Each July, the village that emerges from the ranch property briefly becomes the largest town in West Kootenay, growing rapidly in the days prior to the festival.
If you plan to go in 2024 or another year, it’s advised to arrive early (which comes at a price), to secure parking and a decent camping spot, and to pack patience — lines can be long and move at a snail’s pace. Like Rome, Shambhala isn’t built in a day.
Much of the ranch is covered in all manner of dwelling structure — small tents, mid-sized RVs, battered camper vans, even converted buses. The four-day marathon of camping-cum-music festival is often an exercise in dirt and heat mitigation. But those trivialities can be overcome with large fans, volunteers spritzing attendees with misters, masks to cover faces from dust, and refreshing dips in the cool waters of the Salmo River.
Attendees unable to DIY their accommodations can choose from official ShambhaLodging, at a price. For far-flung attendees like Lauren, a petite young woman sporting cat ears and dark glasses who flew in solo from Baton Rouge, Louisiana, to experience her first Shambhala, securing a glamping spot in advance was a must.
“I booked my ticket and lodging early because I saw a lot of coverage and the event seemed really safe,” she notes. Not having to schlep camp gear from home is a big plus.
Shambhala organizers also offer a first-timer’s orientation, answering questions and helping new attendees connect with one another and find their way around the grounds.
By day those grounds are clear and fairly calm, but at night Shambhala is utterly transformed by a kaleidoscope of costumed people holding “totems” (signs), coordinated laser light spectacles and, of course, the constant percussive beat of live electronic music.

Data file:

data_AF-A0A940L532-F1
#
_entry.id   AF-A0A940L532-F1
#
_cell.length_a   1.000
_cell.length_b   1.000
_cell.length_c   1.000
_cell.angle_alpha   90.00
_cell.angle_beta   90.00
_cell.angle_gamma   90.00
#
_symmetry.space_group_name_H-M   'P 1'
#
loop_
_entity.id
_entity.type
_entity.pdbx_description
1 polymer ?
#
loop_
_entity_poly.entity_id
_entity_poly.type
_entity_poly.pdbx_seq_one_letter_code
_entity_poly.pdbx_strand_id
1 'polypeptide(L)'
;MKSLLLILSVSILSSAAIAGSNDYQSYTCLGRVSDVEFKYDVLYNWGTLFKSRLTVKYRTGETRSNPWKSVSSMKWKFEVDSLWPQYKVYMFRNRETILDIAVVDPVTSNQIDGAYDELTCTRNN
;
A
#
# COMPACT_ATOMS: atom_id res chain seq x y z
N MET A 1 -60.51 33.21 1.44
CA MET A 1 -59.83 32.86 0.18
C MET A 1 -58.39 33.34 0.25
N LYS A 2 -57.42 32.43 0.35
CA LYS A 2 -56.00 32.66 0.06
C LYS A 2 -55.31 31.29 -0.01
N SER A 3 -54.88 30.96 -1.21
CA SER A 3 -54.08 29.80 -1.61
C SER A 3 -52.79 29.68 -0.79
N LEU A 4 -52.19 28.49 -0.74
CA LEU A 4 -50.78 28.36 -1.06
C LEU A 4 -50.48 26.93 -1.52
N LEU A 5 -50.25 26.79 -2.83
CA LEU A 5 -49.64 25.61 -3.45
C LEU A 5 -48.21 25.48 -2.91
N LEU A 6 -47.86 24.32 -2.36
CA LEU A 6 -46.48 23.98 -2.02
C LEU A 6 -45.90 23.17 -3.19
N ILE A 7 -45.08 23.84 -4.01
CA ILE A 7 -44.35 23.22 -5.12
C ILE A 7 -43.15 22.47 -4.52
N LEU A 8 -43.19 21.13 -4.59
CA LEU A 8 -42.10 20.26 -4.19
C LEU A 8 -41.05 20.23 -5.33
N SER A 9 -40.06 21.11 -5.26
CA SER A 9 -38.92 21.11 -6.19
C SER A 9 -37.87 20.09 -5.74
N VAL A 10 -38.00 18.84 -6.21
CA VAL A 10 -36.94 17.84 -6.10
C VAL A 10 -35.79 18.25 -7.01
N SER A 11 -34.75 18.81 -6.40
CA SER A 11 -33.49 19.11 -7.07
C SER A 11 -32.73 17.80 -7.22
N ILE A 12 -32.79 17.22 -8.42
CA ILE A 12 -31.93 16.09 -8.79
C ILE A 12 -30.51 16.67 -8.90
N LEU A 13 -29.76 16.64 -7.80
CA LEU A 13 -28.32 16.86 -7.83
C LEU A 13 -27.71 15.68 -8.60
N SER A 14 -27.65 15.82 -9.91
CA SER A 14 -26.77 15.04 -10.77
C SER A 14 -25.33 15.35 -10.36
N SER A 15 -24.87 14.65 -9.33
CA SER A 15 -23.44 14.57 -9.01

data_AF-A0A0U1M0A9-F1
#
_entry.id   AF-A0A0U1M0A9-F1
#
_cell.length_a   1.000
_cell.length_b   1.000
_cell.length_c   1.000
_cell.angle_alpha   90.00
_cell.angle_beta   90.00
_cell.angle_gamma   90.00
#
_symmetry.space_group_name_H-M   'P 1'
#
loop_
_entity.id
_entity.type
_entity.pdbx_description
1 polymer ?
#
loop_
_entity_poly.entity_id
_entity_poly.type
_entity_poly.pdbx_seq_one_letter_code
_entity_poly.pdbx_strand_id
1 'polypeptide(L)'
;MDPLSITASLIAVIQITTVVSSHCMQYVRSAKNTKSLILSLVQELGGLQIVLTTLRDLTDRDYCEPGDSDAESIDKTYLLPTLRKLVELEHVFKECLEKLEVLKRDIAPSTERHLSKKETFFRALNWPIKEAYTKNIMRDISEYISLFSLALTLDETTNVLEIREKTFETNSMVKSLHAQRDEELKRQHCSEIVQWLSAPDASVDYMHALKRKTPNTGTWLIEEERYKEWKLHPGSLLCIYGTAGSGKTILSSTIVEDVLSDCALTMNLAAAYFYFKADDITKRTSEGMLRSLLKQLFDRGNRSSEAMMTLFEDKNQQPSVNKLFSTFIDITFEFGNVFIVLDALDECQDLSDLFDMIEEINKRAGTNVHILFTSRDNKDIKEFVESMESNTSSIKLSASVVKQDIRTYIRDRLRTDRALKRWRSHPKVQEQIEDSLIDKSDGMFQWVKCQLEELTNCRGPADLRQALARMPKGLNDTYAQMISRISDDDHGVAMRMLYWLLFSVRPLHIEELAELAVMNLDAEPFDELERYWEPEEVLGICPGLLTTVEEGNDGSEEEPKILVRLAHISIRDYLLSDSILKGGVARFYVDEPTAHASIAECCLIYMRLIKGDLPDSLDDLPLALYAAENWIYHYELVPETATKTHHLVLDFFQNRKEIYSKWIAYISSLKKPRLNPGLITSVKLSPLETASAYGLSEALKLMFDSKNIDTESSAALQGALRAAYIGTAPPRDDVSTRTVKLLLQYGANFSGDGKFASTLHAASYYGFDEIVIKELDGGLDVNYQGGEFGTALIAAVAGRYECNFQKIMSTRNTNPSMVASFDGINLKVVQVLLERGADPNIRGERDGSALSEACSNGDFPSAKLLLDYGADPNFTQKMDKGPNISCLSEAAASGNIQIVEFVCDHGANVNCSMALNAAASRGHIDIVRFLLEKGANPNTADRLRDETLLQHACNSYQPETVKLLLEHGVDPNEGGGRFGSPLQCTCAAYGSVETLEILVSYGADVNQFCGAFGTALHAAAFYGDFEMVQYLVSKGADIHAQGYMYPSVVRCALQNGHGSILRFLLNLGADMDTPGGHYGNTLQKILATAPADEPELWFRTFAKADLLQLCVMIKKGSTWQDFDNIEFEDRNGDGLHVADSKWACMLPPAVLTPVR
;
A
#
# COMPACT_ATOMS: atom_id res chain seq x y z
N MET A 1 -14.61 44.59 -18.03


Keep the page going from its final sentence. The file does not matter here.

As darkness falls, I wander from the chill house vibes of the Living Room stage to the frenzy of The Village, squeezing past the dancers for a better view of the night’s performers. The pulsing throng is huge, moving in unison with every bass drop and artist’s exaltations to jump.
The crush of bodies at the venues is exhilarating and overwhelming. I’m pulled into the heady mix and give myself over to the music, wondering whether, like Alice, I’m being changed in the night by my experience.
I may not be “letting loose and getting weird” (a core festival mission), but I appreciate how Shambhala’s manifestation of joy, acceptance, and the magic of transformative community helps its attendees navigate their own endless possibilities, long after the music stops.
Note: 2024 year marks the Shambhala Music Festival’s 25th year. Performing artists have yet to be announced, but organizers are planning a special party to celebrate the anniversary and welcome its Farmily back home.
Vacay.ca Editor Claudia Laroye attended the Shambhala Music Festival as accredited media.